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8 of 8 people found the following review helpful
5.0 out of 5 stars The Sources of Goodness
Great Expectations succeeds beyond almost all novels of its time in exploring the roots of character and moral behavior. Charles Dickens makes the case for there being the potential for good in everyone. Evil and sin follow from a combination of being self-absorbed and selfish. What is remarkable about the way these themes are handled is that they are clearly based on an...
Published on 7 May 2004 by Donald Mitchell

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4 of 4 people found the following review helpful
3.0 out of 5 stars Great Expectations - at speed
I chose this for a long car journey with the family. Hugh Laurie reads very well, with great voices for the different characters, but he reads fast. Although I knew this version was abridged, I had no idea how much would be cut out - to the point where it was sometimes hard to follow the story. The fast pace and the abridged text made this a more breathless and pacy...
Published on 21 Nov. 2011 by jab


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8 of 8 people found the following review helpful
5.0 out of 5 stars The Sources of Goodness, 7 May 2004
By 
Donald Mitchell "Jesus Loves You!" (Thanks for Providing My Reviews over 124,000 Helpful Votes Globally) - See all my reviews
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Great Expectations succeeds beyond almost all novels of its time in exploring the roots of character and moral behavior. Charles Dickens makes the case for there being the potential for good in everyone. Evil and sin follow from a combination of being self-absorbed and selfish. What is remarkable about the way these themes are handled is that they are clearly based on an assessment of human psychology, long before that field was established.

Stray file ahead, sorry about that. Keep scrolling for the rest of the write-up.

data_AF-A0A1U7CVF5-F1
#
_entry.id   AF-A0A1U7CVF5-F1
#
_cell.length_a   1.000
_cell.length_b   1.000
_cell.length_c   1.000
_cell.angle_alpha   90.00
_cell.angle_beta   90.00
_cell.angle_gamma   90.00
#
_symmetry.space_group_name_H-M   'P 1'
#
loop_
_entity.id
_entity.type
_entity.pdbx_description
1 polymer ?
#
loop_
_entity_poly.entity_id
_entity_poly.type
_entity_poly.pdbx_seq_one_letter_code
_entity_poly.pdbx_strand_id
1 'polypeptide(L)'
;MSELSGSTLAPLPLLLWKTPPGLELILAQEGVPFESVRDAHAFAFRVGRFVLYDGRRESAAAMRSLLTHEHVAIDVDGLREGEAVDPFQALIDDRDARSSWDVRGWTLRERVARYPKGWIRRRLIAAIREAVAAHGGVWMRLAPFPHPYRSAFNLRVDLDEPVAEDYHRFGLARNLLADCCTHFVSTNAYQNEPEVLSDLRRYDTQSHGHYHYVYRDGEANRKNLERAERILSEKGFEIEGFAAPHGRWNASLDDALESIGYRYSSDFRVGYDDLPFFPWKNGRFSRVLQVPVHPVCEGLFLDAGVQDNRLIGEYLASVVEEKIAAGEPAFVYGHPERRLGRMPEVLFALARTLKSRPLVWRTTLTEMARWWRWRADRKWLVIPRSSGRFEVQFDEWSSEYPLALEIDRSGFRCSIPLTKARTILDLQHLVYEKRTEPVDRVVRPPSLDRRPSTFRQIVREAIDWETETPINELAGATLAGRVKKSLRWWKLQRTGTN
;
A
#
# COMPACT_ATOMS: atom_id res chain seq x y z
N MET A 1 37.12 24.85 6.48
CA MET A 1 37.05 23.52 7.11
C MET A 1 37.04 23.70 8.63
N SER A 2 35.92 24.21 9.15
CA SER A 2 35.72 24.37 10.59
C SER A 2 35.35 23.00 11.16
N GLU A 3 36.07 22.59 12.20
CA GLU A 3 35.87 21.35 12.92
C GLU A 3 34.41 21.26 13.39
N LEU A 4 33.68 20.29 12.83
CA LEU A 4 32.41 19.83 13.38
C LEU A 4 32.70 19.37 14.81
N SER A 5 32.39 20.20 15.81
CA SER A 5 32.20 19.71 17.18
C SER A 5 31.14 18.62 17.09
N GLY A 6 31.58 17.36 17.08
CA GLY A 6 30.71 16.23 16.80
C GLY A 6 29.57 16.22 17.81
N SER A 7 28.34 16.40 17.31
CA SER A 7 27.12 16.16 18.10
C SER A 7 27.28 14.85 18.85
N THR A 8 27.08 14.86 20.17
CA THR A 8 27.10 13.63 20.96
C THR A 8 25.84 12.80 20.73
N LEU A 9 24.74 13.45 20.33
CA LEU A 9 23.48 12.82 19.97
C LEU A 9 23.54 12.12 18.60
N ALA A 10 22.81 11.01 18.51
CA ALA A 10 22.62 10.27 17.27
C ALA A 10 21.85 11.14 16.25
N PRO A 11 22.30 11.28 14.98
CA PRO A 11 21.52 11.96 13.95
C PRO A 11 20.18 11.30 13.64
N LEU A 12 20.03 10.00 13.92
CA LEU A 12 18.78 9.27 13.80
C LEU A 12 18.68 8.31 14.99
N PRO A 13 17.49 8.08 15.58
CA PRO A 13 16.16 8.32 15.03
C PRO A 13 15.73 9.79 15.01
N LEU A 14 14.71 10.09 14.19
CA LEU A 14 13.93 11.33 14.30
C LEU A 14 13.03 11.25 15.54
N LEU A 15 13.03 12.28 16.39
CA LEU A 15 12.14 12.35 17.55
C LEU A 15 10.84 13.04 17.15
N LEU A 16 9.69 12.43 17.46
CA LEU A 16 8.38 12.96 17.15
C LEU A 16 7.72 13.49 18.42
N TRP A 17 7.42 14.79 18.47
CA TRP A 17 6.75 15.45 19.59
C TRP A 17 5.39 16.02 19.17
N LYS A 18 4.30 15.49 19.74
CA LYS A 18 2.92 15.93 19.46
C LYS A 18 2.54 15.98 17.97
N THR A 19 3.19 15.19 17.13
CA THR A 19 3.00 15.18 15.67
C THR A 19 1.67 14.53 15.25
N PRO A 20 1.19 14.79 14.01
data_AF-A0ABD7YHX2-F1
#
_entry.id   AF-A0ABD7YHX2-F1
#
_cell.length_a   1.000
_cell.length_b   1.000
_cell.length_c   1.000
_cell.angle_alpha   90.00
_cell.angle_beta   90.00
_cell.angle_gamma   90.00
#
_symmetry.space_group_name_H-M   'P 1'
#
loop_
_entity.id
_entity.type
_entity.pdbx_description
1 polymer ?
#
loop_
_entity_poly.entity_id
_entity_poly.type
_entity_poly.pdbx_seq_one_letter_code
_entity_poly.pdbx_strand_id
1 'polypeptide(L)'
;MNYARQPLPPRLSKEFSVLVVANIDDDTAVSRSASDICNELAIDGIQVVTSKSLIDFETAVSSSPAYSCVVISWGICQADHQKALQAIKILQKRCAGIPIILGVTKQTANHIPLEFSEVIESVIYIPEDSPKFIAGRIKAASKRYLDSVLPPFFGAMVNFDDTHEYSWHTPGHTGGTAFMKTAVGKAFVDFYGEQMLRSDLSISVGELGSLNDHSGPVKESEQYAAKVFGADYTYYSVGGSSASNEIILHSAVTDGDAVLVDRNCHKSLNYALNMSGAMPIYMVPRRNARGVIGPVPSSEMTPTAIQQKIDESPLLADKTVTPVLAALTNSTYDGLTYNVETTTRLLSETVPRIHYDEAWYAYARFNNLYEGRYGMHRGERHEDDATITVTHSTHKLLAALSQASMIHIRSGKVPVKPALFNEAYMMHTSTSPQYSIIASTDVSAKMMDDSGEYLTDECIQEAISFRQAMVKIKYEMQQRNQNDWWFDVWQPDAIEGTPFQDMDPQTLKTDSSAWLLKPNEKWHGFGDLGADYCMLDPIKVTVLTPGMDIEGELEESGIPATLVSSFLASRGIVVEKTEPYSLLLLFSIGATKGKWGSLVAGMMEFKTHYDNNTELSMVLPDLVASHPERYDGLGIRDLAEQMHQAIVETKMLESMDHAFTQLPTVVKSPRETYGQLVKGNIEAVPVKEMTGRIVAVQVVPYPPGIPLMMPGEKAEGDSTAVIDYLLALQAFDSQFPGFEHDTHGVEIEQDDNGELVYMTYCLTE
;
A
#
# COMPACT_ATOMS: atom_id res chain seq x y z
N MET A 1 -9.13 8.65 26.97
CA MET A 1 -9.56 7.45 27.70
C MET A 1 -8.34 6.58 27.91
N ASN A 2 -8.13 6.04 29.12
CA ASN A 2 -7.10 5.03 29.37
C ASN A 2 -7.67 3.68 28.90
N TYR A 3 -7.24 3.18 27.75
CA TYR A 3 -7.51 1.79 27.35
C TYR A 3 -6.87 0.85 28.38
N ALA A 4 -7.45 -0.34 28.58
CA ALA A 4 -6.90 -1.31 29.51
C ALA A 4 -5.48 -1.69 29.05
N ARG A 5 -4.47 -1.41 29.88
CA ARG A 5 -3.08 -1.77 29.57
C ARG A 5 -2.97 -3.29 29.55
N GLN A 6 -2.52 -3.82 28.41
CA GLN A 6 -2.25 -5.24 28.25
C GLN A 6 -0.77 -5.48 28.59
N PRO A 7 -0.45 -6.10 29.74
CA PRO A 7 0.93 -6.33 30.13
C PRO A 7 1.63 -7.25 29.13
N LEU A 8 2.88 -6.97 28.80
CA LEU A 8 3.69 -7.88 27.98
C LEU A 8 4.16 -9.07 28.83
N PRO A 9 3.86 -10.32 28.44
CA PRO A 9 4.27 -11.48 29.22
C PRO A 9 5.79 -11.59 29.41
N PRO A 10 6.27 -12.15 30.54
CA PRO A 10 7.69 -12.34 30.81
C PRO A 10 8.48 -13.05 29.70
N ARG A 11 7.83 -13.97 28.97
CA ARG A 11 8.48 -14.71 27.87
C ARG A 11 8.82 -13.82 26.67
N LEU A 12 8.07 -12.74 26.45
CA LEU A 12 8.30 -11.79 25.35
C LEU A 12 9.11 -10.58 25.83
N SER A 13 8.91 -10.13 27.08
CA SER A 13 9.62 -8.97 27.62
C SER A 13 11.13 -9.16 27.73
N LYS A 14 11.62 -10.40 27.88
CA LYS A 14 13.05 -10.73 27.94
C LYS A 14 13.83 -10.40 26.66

The book is also remarkable for its many indelibly memorable and complex characters. Miss Havisham, Pip, Magwitch, Mr. Jaggers, and Estella are characters you will think about again and again in years to come.
The book also surrounds you with a powerful sense of place. Although the England described here is long gone, it becomes as immediate as a nightmare or a dream that you have just awakened from.
For a book about moral questions, Great Expectations also abounds in action. The scenes involving Pip and Magwitch are especially notable for way action expresses character and thought.
Great Expectations also reeks of irony, something that is seldom noticed in more modern novels. Overstatements are created to draw the irony out into the open, where it is unmistakable. Yet the overstatements attract, rather than repel. The overstatements are like the theatrical make up which makes actors and actresses look strange in the dressing room, but more real on the stage when seen from the audience.
At the same time, the plot is deliciously complex in establishing and solving mysteries before that genre had been born. As you read Great Expectations, raise your expectations to assume that you will receive answers to any dangling details. By reading the book this way, you will appreciate the craft that Mr. Dickens employed much more.
This is the third time that I have read Great Expectations over the last 40 years. I found the third reading to be by far the most rewarding. If you like the book, I encourage you to read it again in the future as well. You will find that the passage of time will change your perspective so that more nooks and crannies of the story will reveal themselves to you.
If this is to be your first reading of the book, do be patient with the book's middle third. It may seem to you that the book is drifting off into a sleep-inducing torpor. Yet, important foundations are being lain for your eventual delight.
Mr. Dickens wrote two endings for Great Expectations. Be sure to read both of them. Which one do you prefer? I find myself changing my mind.
Give love with an open heart, without expectations!
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80 of 86 people found the following review helpful
5.0 out of 5 stars Addictive, 20 Jan. 2006
By A Customer
This review is from: Great Expectations (Oxford World's Classics) (Paperback)
I spent most of my 45 years since leaving school doing my best to avoid anything by Charles Dickens, quite why, I'm not sure. A recent illness and enforced idleness had me rummaging around some books I had come by and there was Great Expectations. I thought I'd try just the first chapter, but was hooked from the first page. This is one helluva book! The pace, the characterisation, the plot, the atmosphere, the everything are masterly. But it isn't all misery as there are frequent moments of irony and typically English gallows humour. Outstanding, but it'll make you cry.
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16 of 17 people found the following review helpful
5.0 out of 5 stars sad as a Thames twilight, 27 Feb. 2003
Having just read G E for the first time, what strikes me is its infinite sadness and sense of melancholia. While there is much of Dickens`s customary wit and punning humour in the writing, the